Facilitating Successful Peer Review
All effective writers at all levels of accomplishment seek out peer review. You probably know this from experience. By scheduling time for peer review in your classes, you help students develop the writerly skills of giving and getting help. Peer review:
- helps writers imagine a wider audience (beyond self and/or teacher).
- provides opportunity for direct audience feedback (to identify areas in need of greater support or clarification; to anticipate possible counter-arguments; to gauge level of interest/engagement; to help generate/expand on ideas).
- provides an opportunity to hear/read other writers’ prose (often the reviewer benefits as much as the writer!).
Promoting the Writing Center
The main purpose of the Writing Center is to provide the highest quality of peer review. Whether or not you give class time to peer review, we hope you will encourage your students to use our services. Also:
- Consider placing a statement like the following on your syllabus: “PLU Writing Center (located in Ramstad 114). Take advantage of this free writing peer consultation service available for all PLU students. This is a place for the types of feedback and networking that good writers seek out.”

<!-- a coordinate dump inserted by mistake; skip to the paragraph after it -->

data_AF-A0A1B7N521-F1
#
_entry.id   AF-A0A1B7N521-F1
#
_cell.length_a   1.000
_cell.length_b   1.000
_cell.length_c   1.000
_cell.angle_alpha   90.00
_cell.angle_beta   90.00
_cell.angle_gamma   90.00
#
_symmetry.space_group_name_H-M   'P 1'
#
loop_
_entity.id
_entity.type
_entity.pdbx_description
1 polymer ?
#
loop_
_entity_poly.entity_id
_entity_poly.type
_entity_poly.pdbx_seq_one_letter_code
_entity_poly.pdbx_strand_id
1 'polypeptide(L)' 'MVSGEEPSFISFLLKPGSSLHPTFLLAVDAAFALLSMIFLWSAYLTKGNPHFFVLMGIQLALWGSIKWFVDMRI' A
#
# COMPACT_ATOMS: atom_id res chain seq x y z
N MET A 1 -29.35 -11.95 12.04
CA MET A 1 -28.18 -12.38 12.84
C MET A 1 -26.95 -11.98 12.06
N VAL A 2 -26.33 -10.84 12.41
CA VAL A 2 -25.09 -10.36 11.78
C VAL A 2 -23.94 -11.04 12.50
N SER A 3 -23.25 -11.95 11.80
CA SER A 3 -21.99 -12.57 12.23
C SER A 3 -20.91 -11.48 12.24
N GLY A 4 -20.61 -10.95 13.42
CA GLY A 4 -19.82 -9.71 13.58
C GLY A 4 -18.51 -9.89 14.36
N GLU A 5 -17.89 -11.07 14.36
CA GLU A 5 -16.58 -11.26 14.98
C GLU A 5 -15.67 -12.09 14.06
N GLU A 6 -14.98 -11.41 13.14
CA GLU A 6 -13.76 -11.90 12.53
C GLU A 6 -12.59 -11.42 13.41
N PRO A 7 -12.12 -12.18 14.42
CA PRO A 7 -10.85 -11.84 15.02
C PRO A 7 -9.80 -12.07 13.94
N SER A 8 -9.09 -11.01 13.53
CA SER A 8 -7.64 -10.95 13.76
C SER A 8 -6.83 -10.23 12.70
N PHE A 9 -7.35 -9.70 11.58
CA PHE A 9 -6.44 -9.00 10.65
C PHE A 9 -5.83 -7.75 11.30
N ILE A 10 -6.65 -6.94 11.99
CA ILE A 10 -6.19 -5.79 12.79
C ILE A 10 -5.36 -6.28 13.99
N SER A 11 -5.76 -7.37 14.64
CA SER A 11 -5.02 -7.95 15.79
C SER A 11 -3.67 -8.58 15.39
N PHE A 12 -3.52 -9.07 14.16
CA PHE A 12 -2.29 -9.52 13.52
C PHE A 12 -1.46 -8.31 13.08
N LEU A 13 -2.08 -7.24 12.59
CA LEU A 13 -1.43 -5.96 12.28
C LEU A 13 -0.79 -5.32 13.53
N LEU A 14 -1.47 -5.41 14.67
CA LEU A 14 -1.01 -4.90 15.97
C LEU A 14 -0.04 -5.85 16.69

- Schedule a 15 minute orientation for your class in the Writing Center or have a consultant visit your class to discuss our services: email@example.com.
- Take advantage of the Writing Center’s offer to conduct peer review with your class in the center. You can even schedule this when you have a conflict (a conference?) and don’t want to waste class time.
- Begin small peer group activities early in the semester to help students get to know one another and to begin to feel comfortable working with and responding to each other.
- Place on your syllabus words that help students expect and value peer review. Example: Week 4 (10/15): Bring to class 3 copies of your preliminary draft for Peer Review. Example: Grade Distribution (10%) Quality of participation and peer feedback.
- On writing assignment sheets, specify exact audiences for assignments so that students can better help their peers meet audience needs and expectations.